Michael Robinson

Polynesian Woman

Cover art is hand silkscreened paper from Japan








Available on myriad additional platforms


1. Polynesian Woman (1986) 8.48

meruvina: electric guitars, percussion

autograph score



2. Thursday Evening (1985) 4.59

meruvina: celestas

autograph score



3. Silver Grey (1986) 6.03

meruvina: acoustic guitars, bass, percussion

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4. Pink Carnation (1987) 13.02

meruvina: electric oboes, percussion

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5. Black Waves (1986) 6.05

meruvina: xylophones, percussion

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6. Cameroon (1986) 5.17

meruvina: synthesizer, percussion

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7. Red Roof (1985) 2.36

meruvina: xylophones



8. Dragon Pine (1989) 5.50

meruvina: synthesizers



9. Black Pearl (1987) 7.26

meruvina: electric guitars, percussion

purchase score



10. Spring Night (1989) 5.08

meruvina: vibraphones, percussion



11. Jacaranda (alternate version two) (1987) 5.20

meruvina: clavichord


Composed, Programmed, Mixed, Designed and Produced by Michael Robinson

Recorded and Mastered by Catharine Wood at Planetwood Studios


Polynesian Woman is named after a favorite painting by Paul Gauguin at the MET in NYC titled Two Tahitian Women. The piece mixes various musical elements and ends with a dramatic, accelerating rain of arpeggios.

Thursday Evening has an importance in my musical development that cannot be overestimated. On a Thursday evening in Fall 1985, I visited the Museum of Modern Art, and saw a painting by Ad Reinhardt that gave me the idea to combine seemingly unrelated musical ideas by finding new connections. In some ways, this piece served as a study for my next composition, Trembling Flowers.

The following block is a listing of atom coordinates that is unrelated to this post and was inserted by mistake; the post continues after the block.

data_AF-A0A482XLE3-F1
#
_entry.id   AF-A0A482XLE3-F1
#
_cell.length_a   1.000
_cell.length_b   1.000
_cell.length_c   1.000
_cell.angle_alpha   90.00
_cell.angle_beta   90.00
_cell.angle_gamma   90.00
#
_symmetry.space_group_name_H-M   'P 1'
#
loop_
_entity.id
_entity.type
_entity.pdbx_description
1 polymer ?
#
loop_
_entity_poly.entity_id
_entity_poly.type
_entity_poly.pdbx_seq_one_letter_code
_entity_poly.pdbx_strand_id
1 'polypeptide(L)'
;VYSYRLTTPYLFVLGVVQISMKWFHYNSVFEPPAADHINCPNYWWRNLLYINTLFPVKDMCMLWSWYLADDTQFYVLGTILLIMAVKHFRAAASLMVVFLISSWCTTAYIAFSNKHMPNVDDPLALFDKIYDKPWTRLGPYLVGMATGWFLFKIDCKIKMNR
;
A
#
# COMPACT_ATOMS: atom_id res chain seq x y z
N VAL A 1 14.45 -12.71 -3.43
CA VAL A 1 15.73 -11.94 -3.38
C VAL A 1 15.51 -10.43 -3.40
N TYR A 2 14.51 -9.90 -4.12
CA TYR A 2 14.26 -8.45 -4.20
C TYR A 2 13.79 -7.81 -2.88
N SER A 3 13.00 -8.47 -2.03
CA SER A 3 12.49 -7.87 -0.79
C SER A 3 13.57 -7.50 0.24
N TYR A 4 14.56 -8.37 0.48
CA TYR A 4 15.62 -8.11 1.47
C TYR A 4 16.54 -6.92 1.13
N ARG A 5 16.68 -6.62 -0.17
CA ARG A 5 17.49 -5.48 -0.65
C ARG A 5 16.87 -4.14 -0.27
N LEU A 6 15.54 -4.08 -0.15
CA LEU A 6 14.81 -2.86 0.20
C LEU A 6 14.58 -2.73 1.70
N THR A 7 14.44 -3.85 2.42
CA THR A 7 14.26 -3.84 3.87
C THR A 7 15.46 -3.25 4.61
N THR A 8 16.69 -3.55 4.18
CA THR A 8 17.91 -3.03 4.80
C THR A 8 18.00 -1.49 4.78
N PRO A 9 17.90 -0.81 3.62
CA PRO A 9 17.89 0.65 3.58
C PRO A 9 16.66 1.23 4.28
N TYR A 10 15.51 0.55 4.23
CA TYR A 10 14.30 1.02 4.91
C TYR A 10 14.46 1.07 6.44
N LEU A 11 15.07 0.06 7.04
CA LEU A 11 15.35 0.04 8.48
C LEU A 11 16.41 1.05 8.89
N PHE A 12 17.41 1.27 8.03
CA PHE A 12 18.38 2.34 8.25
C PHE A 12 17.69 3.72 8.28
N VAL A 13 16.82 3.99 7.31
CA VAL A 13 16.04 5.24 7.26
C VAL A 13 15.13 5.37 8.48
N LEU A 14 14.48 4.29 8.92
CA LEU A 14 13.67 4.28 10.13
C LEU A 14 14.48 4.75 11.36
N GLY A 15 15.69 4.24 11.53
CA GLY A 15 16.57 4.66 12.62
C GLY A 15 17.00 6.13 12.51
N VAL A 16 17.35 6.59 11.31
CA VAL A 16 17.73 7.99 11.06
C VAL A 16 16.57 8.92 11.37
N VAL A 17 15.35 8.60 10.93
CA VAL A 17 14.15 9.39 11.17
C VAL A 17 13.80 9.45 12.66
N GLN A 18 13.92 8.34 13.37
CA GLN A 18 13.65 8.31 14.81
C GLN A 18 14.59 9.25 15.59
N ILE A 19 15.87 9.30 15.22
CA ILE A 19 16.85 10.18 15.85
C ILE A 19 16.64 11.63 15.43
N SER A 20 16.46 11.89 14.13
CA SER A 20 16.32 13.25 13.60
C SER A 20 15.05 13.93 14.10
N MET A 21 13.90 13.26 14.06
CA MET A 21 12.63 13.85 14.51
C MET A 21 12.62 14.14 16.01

Silver-Grey grew out of a rhythmic figure I heard in Battery Park during the Bicentennial Celebrations. It is a highly energetic mixture of melody, chords and percussion, informed by some Latin American musical influences.

Pink Carnation was a prophetic piece for myself. It was inspired by the first Indian classical music album I ever purchased (1975), which features Bade Ghulam Ali Khan. I was greatly taken with his singing of Gunkali from the beginning, and later learned in 1995 that he is a legendary artist. On the cover of the Bade Ghulam Ali Kahn album, the great vocalist wears a pink carnation, thus my title. Here, I have approximated the drone of a tamboura, and added subtle percussion, and a through-composed melodic voice. In 1997, I composed a realization of Gunkali, titled Porcelain Nights, appearing on the Chinese Legend album.

Black Waves anticipates my future fascination with exotic percussion rhythms. It weaves complex melodic lines a half-step apart, creating tremendous friction.

Cameroon, inspired by a wooden sculpture of a king from the African country, creates an aura of mystery and anticipation. The various parts gradually build and intensify.

Red Roof is named for the roof of Rockefeller University, which was a prominent part of the contrapuntal view from my Manhattan apartment. It is very much in the style of two other pieces from that time: Trembling Flowers and March Wind.

Dragon Pine delights in the use of a colorful synthesizer timbre used in different registers. It also makes much use of moving the sounds around the spatial landscape.

Black Pearl is built with a medley of African and Latin rhythms. The melodies here are greatly influenced by John Coltrane. It is a coincidence that he recorded a piece with the same title. My piece is named for an African-American woman.

Spring Night was inspired by the awful attack on a young woman who was jogging in Central Park. The music reflects some of the terror she must have suffered.

- Michael Robinson, Lahaina, December 2000

© 2000 by Michael Robinson All rights reserved